Irrigation plan for Hurunui


Irrigation plan for Hurunui
05 April 2006

A multimillion-dollar irrigation scheme, based on Lake Sumner and the damming of the south branch of the Hurunui River, has been mooted in the Hurunui District.

The scheme could provide irrigation for 39,000ha of farmland in the Hurunui and Upper Waipara catchments, with the possibility of expanding to 62,000ha.

Hurunui Community Water Development working group project manager David Viles said yesterday if the project got the backing of the farming community and negotiated its way through planning processes it could give the biggest stimulus to the Hurunui and North Canterbury economy for a "long, long time".

While MainPower, North Canterbury's power company, was a member of the working group, the focus of the scheme was on irrigation and not hydro-power generation, he said.

MainPower's interest was based on the economic development of North Canterbury and if there was any hydro power potential it would be "minor and indeed an insignificant part of the scheme", said Viles.

The project was still in its infancy and at least five to six years away from becoming a reality "with a following wind", he said.

It aimed to manage water levels in Lake Sumner and harvest excess water from the Hurunui River system, storing some and using some for irrigation. The stored water would be spilled back into the river system to boost the flow when water levels dropped and so irrigation water could be drawn off.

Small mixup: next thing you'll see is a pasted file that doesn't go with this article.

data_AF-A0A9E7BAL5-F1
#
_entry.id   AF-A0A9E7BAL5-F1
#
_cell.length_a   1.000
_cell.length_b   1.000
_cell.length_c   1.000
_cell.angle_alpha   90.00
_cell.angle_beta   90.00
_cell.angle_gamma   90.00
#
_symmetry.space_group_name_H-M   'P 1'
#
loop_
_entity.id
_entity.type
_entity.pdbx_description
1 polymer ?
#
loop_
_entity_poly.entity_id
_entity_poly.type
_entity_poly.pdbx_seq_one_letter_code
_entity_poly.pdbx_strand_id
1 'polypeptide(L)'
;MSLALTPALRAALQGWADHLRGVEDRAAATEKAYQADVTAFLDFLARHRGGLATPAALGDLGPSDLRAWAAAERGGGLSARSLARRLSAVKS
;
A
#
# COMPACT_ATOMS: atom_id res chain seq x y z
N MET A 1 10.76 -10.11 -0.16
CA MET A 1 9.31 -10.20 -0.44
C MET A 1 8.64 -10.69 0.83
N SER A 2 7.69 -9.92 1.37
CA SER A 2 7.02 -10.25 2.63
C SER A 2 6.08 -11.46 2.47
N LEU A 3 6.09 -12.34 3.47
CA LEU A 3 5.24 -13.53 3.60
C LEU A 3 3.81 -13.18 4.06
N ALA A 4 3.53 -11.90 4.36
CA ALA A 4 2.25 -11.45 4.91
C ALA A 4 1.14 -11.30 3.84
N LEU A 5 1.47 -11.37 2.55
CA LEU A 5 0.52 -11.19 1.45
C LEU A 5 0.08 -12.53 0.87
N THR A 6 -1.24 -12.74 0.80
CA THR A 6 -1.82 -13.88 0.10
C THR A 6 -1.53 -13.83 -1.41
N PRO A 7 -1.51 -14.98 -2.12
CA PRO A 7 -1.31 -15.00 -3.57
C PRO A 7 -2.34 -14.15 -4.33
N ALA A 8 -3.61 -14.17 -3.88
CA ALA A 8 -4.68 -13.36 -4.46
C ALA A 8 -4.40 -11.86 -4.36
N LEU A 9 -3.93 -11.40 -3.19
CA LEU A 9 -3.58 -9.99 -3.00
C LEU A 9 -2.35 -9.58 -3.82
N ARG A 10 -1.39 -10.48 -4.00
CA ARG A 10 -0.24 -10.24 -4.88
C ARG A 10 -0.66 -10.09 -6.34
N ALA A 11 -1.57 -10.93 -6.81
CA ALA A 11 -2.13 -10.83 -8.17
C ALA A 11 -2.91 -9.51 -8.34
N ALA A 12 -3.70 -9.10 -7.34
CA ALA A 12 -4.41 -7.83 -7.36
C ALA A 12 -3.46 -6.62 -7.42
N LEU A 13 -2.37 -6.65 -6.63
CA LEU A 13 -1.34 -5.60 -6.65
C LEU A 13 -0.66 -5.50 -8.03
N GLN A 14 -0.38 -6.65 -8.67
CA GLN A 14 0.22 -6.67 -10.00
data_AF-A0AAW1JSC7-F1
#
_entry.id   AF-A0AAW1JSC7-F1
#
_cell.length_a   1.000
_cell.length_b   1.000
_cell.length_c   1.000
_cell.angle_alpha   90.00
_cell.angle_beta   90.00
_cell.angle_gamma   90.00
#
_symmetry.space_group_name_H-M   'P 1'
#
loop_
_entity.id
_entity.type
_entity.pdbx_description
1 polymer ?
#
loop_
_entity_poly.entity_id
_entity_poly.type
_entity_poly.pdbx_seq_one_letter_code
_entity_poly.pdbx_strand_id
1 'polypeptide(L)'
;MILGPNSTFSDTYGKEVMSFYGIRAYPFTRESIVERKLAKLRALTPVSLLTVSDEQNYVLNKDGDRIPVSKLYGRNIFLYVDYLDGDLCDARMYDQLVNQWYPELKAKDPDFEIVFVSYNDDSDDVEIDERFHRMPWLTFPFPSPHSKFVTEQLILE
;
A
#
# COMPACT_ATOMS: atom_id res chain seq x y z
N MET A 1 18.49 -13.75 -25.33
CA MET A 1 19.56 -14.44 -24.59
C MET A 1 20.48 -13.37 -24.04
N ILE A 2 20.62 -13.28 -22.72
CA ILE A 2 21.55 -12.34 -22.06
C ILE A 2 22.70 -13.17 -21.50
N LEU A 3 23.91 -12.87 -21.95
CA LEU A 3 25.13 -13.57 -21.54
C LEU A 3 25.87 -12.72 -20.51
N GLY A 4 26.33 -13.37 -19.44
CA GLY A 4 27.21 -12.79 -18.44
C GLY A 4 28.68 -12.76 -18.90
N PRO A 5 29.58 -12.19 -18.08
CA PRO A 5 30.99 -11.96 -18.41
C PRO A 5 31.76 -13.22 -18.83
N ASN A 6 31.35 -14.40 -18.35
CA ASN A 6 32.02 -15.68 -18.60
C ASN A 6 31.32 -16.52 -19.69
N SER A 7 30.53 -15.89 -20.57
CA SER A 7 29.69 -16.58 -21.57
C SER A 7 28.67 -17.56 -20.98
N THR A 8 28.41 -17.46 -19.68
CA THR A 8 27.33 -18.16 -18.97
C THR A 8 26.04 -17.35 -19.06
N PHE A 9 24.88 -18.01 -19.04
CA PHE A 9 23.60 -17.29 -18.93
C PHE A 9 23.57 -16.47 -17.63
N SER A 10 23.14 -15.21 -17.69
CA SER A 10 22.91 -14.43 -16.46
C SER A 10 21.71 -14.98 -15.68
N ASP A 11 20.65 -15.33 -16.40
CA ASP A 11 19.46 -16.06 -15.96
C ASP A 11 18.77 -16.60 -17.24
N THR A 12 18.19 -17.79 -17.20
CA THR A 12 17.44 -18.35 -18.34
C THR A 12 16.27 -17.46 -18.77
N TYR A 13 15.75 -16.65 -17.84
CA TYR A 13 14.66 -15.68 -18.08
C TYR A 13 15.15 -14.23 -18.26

Viles said Lake Sumner fluctuated by several metres owing to a natural restriction where water left the lake.
"We plan to control it better and operate within the tidal range of the lake," he said.
Research indicated that 30 per cent of the time storage was needed to meet the demands of irrigated land in the district.

"A water-storage scheme would give existing farmers more certainty about irrigating and would enable new ventures to start up on the back of access to water," he said.

The unveiling of the scheme follows a three-year search for water in the district by the working group, including the Hurunui Irrigation and Power Trust, Enterprise North Canterbury, the economic development arm of the Hurunui and Waimakariri district councils, MainPower, Ngai Tahu Properties and Eskhead Station where both sites under investigation are sited.

Viles said the desk-top pre-feasibility study by consultants Tonkin and Taylor that had identified the south branch of the Hurunui and Lake Sumner as two sites for further investigation, was funded through a $225,000 grant from the Ministry of Agriculture's Sustainable Farming Fund, matched dollar for dollar by working group members.

Viles said no engineering or technical studies had been done, but depending on the storage option and the river-flow regime chosen, the likely cost for those wanting to get water to the farm gate would be $2500 to $4500 a hectare.

Hurunui Mayor Garry Jackson yesterday welcomed the proposal. He said it was an important project for growing the primary-production sector and the economic well-being of the district.

The council would be taking a much greater interest in the progress of the working party which had worked well as a unit.

North Canterbury Fish and Game environmental officer Jason Holland said his organisation would be concerned about any development on the nationally significant river, which was an important brown trout and salmon fishery.